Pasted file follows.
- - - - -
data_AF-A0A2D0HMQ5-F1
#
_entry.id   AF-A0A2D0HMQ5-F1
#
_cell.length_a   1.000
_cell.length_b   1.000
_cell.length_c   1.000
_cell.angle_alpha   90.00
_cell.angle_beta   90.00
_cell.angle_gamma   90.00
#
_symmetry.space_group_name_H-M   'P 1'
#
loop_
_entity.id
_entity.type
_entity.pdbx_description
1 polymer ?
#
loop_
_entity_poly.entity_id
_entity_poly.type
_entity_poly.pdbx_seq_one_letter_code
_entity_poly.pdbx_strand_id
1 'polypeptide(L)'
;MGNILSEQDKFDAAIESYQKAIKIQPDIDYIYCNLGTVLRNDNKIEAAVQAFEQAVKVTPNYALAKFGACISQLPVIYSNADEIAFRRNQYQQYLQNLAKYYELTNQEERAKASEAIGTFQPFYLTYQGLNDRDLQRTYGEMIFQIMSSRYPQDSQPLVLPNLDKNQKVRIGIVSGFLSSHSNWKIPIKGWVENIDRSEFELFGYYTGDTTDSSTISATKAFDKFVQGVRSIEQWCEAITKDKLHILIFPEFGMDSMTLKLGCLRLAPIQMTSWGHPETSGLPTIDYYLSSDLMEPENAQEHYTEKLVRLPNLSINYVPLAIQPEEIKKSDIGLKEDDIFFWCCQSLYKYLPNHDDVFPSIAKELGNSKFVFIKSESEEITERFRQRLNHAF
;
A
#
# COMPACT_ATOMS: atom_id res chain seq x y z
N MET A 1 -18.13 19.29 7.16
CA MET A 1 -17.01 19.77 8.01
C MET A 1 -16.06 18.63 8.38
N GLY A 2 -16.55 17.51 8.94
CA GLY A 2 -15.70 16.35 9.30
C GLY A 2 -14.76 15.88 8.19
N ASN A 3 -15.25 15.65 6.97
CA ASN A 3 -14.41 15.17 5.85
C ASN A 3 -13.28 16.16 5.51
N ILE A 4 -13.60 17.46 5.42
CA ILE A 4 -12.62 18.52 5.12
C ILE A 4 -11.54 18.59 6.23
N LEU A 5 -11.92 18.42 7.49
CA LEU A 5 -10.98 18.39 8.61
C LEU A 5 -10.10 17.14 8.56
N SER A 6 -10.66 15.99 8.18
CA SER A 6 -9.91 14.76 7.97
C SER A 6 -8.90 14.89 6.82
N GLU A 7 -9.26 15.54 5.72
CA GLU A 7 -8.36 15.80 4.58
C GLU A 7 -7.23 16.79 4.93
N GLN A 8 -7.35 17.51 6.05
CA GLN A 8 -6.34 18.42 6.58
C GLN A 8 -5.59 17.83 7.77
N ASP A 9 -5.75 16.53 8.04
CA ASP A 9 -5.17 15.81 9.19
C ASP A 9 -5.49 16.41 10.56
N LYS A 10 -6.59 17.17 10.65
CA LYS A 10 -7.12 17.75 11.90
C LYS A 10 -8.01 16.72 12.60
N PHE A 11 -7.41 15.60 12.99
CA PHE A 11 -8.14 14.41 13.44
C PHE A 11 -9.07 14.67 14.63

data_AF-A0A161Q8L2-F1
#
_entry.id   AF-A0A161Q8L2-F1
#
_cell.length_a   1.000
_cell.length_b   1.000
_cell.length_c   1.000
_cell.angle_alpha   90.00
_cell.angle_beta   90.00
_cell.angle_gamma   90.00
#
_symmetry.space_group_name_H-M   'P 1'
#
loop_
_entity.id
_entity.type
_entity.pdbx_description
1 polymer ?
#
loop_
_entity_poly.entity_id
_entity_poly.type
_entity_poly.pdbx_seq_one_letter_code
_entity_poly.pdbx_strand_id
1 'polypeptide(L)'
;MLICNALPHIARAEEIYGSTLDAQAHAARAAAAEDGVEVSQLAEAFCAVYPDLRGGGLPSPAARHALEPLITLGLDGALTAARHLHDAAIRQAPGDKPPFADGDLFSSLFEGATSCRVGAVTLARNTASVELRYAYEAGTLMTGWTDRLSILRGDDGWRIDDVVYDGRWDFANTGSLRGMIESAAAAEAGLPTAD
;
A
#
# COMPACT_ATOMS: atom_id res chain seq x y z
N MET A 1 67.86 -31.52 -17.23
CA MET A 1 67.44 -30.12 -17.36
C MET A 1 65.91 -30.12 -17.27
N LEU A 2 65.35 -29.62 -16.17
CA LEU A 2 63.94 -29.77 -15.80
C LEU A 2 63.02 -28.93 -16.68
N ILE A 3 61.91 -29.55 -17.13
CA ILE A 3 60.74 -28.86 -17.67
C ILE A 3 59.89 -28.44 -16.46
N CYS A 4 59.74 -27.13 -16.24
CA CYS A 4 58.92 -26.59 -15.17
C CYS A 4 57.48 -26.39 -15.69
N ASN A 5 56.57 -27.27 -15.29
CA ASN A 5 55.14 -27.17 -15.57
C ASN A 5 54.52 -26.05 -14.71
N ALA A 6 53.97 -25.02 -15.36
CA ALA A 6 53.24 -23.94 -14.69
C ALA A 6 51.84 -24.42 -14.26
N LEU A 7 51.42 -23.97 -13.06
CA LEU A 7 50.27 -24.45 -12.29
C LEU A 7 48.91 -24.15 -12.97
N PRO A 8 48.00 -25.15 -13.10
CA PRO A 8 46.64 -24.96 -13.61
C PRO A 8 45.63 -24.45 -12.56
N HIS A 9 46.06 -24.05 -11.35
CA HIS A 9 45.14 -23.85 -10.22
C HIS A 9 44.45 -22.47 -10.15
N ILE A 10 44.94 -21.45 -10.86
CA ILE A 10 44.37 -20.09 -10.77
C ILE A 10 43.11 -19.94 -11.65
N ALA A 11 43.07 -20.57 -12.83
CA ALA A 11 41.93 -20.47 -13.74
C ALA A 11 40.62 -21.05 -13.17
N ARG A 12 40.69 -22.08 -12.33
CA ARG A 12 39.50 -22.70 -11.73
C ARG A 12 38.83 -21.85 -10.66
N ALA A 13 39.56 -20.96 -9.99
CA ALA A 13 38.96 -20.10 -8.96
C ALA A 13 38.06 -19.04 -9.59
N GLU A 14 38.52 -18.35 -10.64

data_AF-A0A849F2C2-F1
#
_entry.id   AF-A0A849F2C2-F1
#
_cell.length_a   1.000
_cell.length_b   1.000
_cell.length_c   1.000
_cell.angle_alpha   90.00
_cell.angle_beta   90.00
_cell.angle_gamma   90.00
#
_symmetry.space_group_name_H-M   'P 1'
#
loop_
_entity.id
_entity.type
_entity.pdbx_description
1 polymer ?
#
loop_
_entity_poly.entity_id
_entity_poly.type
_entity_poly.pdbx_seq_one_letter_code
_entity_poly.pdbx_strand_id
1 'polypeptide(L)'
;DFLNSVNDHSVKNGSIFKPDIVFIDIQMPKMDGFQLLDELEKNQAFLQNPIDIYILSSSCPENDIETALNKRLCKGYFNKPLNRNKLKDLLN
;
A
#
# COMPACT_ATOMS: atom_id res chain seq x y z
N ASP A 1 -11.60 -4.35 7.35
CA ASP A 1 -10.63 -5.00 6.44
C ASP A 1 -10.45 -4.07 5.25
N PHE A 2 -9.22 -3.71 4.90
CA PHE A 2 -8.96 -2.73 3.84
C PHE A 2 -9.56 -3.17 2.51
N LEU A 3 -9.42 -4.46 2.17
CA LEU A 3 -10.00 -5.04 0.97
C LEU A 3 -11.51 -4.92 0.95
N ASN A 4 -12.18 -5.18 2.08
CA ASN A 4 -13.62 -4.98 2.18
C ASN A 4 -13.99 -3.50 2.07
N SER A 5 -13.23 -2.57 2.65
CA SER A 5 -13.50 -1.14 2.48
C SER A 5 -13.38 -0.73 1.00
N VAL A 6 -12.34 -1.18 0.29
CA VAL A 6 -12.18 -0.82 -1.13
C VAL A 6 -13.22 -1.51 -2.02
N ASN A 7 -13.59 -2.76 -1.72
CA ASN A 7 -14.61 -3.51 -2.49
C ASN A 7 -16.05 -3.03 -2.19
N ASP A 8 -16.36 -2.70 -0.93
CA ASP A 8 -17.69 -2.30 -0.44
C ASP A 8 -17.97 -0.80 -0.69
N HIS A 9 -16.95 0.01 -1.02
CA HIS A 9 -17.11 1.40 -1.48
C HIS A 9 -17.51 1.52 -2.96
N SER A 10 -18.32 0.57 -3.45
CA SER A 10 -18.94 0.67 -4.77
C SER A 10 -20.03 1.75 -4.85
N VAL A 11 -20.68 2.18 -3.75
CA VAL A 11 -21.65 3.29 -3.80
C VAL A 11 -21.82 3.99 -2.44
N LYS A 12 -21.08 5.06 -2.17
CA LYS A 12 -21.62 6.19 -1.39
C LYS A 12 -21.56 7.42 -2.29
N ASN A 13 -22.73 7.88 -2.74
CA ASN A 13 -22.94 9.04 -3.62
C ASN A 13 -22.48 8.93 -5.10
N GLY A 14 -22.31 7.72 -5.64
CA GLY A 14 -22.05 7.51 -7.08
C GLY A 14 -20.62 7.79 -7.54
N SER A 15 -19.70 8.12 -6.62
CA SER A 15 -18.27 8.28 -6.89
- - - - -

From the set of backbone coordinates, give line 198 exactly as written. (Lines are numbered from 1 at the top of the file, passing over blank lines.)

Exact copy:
CA LYS A 12 -21.62 6.19 -1.39